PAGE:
I wasn’t entirely sure he could pull it off, but the unlikely Rosario Crocetta will become Sicily’s first openly-gay regional president and likely the first leftist to have won a clear mandate in one of Italy’s most culturally and politically conservative regions.
According to preliminary results, the center-left coalition backing Crocetta has won 30.48% and 39 seats in Sicily’s 90-member regional parliament, giving it a plurality of seats, but something short of an absolute majority.
Crocetta’s victory in Sicily makes the former Gela mayor Italy’s second openly gay regional president — he joins leftist Nichi Vendola, the president of Puglia (also in southern Italy). This is a bit of a shocker given Sicily’s incredibly conservative bent, and the region has been consistently governed by center-right politicians and centrists alike, but never by a former Communist Party member.
Through the early 2000s, Crocetta was a member of the Partito della Rifondazione Comunista (Communist Refoundation Party). Although many PRC members joined moderate social democrats and centrists to form what’s now Italy’s largest center-left political party, the Partito Democratico (PD, Democratic Party), in 2007, Crocetta certainly comes from the more radical leftist tradition. Interestingly enough, so does Vendola, who was elected as Puglia’s regional president in 2005 from the PRC and subsequently reelected. Vendola, who has future national political hopes, and who seems likely to play a role in Italy’s upcoming national elections in early 2013, has formed his own leftist party — Sinistra Ecologia Libertà (SEL, Left Ecology Freedom).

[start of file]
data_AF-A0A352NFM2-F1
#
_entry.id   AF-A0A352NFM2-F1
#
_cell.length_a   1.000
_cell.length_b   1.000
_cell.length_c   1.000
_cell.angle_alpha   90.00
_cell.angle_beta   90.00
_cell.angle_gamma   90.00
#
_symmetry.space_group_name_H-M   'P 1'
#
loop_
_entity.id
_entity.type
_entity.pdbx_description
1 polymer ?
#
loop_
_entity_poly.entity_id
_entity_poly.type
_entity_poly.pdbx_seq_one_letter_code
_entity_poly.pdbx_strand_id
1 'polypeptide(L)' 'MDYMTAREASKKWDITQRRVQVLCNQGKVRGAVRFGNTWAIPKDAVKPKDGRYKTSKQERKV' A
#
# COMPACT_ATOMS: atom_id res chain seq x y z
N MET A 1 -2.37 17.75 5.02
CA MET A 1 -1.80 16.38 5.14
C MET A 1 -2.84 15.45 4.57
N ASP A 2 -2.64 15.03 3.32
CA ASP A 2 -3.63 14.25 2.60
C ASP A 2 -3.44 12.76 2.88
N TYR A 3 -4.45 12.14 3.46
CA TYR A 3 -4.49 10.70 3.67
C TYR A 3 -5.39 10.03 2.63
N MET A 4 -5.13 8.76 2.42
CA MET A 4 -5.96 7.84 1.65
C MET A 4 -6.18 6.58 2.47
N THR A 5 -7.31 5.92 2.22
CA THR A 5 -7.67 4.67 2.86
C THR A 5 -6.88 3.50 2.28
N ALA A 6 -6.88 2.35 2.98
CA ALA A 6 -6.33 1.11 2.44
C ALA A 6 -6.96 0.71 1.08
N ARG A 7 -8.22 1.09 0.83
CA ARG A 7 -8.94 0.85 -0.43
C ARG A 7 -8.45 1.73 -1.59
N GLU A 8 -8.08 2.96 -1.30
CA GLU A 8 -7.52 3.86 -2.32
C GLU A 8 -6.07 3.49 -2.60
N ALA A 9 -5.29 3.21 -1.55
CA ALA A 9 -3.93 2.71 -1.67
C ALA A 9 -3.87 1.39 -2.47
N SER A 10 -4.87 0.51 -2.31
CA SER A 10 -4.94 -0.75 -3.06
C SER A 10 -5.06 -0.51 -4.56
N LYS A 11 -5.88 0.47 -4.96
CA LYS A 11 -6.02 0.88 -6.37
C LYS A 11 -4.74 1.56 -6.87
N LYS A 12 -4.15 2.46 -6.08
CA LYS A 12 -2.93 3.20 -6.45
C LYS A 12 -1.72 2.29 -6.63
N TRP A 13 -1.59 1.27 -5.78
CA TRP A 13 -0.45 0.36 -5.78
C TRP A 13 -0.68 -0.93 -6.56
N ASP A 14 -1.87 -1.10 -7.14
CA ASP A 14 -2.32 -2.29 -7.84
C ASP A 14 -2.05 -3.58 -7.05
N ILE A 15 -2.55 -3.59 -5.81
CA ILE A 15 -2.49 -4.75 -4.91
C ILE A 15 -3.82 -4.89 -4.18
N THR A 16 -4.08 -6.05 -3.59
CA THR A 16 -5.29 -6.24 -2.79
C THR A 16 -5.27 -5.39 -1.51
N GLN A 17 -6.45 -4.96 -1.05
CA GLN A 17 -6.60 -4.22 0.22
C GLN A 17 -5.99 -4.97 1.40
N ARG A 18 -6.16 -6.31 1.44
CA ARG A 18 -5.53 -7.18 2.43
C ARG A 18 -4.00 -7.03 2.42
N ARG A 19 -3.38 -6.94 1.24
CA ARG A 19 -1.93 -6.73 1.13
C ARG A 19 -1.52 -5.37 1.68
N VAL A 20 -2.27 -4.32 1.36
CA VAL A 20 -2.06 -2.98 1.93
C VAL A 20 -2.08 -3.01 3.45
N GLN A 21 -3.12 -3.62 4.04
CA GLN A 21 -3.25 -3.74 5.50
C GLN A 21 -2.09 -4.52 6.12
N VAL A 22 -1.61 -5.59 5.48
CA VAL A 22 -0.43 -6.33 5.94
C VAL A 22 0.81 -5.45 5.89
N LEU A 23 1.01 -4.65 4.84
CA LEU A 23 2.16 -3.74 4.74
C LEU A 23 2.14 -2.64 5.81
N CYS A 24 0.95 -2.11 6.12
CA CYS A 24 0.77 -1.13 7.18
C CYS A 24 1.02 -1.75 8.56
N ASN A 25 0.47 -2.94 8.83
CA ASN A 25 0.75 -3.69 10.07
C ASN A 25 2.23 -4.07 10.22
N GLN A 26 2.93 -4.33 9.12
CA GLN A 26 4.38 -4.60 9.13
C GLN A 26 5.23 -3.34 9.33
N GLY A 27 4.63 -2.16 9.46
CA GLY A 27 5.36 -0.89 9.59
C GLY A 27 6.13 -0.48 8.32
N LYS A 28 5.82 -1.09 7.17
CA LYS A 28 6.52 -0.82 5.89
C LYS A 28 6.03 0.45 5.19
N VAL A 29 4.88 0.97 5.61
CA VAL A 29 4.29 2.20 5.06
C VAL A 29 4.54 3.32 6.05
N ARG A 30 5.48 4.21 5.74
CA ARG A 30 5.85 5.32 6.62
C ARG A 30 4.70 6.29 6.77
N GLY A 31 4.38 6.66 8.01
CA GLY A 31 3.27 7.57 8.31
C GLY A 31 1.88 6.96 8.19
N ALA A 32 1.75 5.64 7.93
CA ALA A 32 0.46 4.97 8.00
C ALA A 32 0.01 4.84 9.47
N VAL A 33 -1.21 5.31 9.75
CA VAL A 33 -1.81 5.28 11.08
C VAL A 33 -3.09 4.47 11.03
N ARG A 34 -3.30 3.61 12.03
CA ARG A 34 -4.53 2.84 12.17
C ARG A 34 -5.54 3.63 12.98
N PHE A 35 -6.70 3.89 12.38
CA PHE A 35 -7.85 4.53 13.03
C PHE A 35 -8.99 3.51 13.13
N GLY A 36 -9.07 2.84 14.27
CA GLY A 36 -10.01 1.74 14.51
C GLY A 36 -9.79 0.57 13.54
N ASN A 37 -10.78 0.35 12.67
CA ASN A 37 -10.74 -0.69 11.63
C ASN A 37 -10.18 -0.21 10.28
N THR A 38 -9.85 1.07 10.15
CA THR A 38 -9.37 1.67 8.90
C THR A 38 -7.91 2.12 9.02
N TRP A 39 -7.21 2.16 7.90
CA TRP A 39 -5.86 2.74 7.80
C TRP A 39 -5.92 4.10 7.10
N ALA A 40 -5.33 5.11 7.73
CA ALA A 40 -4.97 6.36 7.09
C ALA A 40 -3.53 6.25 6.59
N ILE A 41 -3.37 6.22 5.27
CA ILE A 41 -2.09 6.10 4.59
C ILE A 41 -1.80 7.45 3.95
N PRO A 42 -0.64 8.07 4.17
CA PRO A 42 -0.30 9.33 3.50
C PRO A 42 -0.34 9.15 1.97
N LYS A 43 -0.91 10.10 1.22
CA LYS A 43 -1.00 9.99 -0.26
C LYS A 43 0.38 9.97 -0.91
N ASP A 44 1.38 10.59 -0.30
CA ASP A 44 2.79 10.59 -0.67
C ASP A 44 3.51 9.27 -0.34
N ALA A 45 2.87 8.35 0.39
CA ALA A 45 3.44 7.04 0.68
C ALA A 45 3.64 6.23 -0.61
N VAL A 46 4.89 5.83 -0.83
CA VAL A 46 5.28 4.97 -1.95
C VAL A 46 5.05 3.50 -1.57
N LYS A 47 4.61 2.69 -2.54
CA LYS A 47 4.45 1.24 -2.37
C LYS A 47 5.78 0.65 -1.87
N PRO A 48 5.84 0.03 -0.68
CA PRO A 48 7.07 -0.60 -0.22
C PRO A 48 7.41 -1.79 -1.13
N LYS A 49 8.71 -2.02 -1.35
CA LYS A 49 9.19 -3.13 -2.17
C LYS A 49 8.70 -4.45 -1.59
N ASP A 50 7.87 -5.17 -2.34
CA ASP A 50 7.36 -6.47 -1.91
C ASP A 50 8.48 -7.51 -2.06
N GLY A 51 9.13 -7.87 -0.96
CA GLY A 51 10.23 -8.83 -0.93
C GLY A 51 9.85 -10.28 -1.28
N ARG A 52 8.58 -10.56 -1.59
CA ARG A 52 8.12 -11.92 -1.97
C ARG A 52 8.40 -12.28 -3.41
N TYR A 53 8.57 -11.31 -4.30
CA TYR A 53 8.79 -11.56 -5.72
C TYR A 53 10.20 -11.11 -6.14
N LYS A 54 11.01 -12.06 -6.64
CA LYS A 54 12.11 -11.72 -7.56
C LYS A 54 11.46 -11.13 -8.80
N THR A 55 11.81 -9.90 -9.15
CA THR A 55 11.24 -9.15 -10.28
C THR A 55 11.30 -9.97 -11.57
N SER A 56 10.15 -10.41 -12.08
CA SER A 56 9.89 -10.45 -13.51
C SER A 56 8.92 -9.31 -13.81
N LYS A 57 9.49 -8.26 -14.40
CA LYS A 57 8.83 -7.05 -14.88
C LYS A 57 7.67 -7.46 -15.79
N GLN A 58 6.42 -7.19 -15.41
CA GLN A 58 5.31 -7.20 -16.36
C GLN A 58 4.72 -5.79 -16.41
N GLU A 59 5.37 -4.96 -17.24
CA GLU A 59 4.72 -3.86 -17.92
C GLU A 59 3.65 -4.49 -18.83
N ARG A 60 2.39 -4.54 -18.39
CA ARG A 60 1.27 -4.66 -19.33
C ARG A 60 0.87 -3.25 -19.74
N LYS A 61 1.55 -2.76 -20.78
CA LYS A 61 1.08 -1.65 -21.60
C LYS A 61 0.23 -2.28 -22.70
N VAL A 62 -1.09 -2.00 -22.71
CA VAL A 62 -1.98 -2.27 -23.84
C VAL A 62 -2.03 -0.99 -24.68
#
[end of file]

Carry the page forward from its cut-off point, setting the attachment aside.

Not only is Crocetta’s victory a watershed moment for Italy’s left, it’s a victory for Sicily’s courageous anti-mafia forces. In a region where politics and organized crime are often two sides of the same coin, Crocetta was an anti-mafia crusader as the former mayor of Gela, Sicily’s sixth-largest city, working to convince local businesses not to pay protection money to the Sicilian mafia. In fact, he was such a stridently anti-mafia mayor that he’s been the subject of several assassination plots and has been living outside of Gela since 2009.
Meanwhile, the center-right coalition led by European Parliament member Nello Musumeci has won just 25.73% and 21 seats.
The surprisingly strong third-place winner was the new anti-austerity protest party, the Movimento 5 Stelle (M5S, Five Star Movement), led nationally by the comedian and blogger Beppe Grillo — who swam across the Strait of Messina from the Italian peninsula to Sicily to kick off the party’s regional campaign. Giancarlo Cancelleri, the presidential candidate backed by the Five Star Movement, won 18.18% and the party won 15 seats.
A center-right ‘Sicilianist’ coalition, essentially the coalition to which outgoing president Rafaelle Lombardo belongs, under the candidacy of Gianfranco Micciché won just 15.50% and 15 seats. Lombardo resigned in July in the wake of charges of corruption and complicity with the Sicilian mafia, forcing early elections.
Although the Sicilian autonomist and center-right parties have governed together before, they won’t together command a majority of seats in Sicily’s regional parliament, meaning that the center-left will govern with a minority, likely with the outside support of Five Star Movement legislators, or even from the Sicilianist autonomists. Continue reading Crocetta to become Sicily’s first openly-gay, first leftist president